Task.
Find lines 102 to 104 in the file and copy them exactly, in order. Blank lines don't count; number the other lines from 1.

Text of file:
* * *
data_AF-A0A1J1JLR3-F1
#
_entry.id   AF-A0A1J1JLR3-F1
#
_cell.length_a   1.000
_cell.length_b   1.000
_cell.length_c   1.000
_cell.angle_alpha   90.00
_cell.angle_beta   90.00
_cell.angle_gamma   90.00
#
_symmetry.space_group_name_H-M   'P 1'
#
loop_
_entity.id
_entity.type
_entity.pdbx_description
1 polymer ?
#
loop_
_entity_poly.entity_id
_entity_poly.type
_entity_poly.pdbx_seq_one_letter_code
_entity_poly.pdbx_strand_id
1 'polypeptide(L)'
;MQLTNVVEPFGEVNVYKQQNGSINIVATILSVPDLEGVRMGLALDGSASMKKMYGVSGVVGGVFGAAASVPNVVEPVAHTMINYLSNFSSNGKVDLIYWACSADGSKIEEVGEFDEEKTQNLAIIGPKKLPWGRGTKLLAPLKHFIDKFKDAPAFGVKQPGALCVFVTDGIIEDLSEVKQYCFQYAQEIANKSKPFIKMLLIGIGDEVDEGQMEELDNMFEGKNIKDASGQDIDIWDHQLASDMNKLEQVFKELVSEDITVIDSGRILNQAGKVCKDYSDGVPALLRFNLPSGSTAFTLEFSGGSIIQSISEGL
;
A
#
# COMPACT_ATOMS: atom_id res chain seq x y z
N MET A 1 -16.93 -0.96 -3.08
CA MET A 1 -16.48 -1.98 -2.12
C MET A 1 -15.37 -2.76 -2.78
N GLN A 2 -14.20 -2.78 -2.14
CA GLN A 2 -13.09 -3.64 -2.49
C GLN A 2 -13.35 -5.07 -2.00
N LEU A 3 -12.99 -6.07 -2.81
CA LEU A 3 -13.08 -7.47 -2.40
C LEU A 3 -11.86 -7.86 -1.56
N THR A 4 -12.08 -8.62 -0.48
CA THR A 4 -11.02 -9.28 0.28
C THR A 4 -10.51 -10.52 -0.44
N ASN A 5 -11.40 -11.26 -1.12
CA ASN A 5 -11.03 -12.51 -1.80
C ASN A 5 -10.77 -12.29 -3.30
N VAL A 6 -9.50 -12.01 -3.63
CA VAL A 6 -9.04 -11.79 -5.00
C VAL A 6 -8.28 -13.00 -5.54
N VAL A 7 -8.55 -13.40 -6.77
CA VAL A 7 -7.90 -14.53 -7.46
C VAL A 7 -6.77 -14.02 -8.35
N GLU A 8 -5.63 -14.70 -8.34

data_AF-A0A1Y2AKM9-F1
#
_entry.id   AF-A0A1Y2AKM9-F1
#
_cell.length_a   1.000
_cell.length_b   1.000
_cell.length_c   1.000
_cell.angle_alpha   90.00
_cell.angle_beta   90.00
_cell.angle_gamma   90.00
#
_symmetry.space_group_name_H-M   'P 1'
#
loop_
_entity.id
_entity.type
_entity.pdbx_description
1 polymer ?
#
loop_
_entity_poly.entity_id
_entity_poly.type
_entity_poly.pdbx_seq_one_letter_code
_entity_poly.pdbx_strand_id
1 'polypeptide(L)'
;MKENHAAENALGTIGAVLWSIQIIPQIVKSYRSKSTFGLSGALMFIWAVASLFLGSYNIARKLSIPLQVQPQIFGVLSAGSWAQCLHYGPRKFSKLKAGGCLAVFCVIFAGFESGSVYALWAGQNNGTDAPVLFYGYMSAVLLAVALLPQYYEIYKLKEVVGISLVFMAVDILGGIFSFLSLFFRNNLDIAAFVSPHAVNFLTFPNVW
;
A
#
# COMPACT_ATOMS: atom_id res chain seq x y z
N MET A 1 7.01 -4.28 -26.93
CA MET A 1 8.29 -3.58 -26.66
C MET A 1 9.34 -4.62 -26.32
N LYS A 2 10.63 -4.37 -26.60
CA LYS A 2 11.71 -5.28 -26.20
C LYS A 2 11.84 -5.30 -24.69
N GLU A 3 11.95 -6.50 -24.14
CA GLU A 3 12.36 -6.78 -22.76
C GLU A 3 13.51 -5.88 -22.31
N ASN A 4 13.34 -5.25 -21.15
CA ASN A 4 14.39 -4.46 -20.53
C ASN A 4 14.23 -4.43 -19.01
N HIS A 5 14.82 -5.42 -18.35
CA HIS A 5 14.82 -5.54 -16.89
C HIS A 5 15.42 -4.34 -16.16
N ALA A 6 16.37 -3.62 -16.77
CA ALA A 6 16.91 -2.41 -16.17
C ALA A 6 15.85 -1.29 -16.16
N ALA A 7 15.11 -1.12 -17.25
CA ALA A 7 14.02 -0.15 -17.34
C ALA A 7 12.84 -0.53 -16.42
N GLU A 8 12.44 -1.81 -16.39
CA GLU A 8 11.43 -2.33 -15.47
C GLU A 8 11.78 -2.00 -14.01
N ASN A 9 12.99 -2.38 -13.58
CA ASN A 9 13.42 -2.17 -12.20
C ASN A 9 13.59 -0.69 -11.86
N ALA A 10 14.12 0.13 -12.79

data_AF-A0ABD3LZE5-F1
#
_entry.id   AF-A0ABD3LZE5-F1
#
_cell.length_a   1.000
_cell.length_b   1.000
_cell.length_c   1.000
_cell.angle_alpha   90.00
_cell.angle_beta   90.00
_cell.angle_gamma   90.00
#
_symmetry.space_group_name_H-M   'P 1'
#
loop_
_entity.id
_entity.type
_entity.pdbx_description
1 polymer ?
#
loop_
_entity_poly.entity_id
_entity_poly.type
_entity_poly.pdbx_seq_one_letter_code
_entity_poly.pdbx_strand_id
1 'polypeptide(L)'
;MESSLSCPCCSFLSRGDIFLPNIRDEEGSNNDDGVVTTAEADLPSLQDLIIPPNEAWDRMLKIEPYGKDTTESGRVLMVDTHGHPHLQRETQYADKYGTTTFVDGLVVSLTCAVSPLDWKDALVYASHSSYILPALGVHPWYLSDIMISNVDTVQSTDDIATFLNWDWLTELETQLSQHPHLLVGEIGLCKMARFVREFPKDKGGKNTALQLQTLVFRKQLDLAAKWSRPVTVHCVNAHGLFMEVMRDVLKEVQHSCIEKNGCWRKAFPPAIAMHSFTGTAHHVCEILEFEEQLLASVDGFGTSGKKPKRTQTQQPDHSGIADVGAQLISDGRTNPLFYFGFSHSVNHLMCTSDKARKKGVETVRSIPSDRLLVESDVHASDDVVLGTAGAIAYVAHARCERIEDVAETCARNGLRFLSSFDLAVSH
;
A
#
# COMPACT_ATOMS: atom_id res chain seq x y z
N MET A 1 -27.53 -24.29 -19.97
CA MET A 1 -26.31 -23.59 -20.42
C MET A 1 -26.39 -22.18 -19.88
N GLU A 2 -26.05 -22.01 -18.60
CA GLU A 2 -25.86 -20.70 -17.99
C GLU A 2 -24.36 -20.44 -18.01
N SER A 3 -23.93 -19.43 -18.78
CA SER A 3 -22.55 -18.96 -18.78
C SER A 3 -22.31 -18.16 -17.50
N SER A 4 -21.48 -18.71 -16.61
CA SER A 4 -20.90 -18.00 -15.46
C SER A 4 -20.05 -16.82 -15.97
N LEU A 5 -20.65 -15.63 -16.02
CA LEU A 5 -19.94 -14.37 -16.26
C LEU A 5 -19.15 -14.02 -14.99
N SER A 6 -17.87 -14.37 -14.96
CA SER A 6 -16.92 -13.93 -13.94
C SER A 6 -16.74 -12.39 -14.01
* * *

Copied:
CA ALA A 7 14.02 -0.15 -17.34
C ALA A 7 12.84 -0.53 -16.42
N GLU A 8 12.44 -1.81 -16.39